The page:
UW panel denounces cuts
SEATTLE--Members of three campus unions, five student groups and the American Association of University Professors came together on April 28 at a meeting to denounce the budget cuts being imposed on the University of Washington (UW) and the state of Washington.
Organized by the Anti-Budget Cuts Coalition, the panel was part of a campaign that will include petitioning, picketing and additional pressure at the Board of Regents meetings.
The state of Washington faced a $9 billion shortfall to fully fund its current programs. The Democratic-controlled legislature slashed $4 billion from education and social services, including $200 million from UW---and imposed no new taxes on corporations or the wealthy. It also raised tuition by 14 percent each of the next two years on undergraduate residents and allowed the UW Board of Regents to raise tuition on graduate students and non-residents without limit.
These cuts are part of a general attack on the people of Washington. Teachers won't get cost-of-living increases (COLAs) and class sizes won't be reduced, in spite of the fact that voters approved initiatives to provide COLAs and lower class sizes.
Some 40,000 of the poorest in Washington will be kicked off the Basic Health Plan---increasing the number of uninsured. State employees won't get their scheduled 2.25 percent raise in July, and 10,000 will be laid off.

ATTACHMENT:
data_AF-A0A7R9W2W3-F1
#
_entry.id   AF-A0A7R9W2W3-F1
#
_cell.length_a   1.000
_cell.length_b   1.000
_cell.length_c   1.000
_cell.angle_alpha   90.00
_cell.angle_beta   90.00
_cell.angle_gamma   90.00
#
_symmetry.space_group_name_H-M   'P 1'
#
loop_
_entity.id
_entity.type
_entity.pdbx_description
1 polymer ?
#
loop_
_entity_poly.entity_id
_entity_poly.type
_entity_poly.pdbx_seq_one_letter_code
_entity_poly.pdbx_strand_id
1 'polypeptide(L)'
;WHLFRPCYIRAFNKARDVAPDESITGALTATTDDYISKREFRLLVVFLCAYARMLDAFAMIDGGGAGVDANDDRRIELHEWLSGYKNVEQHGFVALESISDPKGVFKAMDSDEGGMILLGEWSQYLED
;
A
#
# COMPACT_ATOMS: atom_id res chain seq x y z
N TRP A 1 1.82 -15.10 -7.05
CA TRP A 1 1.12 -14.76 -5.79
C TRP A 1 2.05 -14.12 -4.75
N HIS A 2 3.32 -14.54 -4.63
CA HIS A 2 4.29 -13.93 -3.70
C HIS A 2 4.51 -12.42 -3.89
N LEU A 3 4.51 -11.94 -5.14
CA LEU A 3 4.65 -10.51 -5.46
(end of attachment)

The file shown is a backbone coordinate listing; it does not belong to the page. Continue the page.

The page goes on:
So far, the UW administration is attempting to pass the cuts on to the students, faculty and staff. Thousands of new students won't be able to attend. Hundreds of classes will be canceled. A thousand UW staff will be laid off. Teaching assistants will lose their jobs.
Night custodians are being forced to work during the day to save on their shift differentials, even though their lives will be seriously disrupted. Outrageously, at a supposedly high-quality research institution, the libraries will be closed nights and weekends.
The coalition is targeting both the state government and the UW administration. The state could institute a progressive tax system instead of keeping one of the most regressive tax structures in the U.S--the poorest section of the population pays 18 percent of its income in taxes while the richest pay just 3 percent.
For its part, the UW administration could eliminate top administrative positions or cut their salaries and has a $1.7 billion endowment it could tap. UW President Mark Emmert makes a salary of nearly $1 million a year, plus a free mansion, cook, gardener and car allowance.
The coalition scheduled a protest at the administration building on May 5 and plans to go to every Board of Regents meeting to demand that the students, faculty and staff have a say over UW finances, and to push for alternatives to the cuts and tuition increases.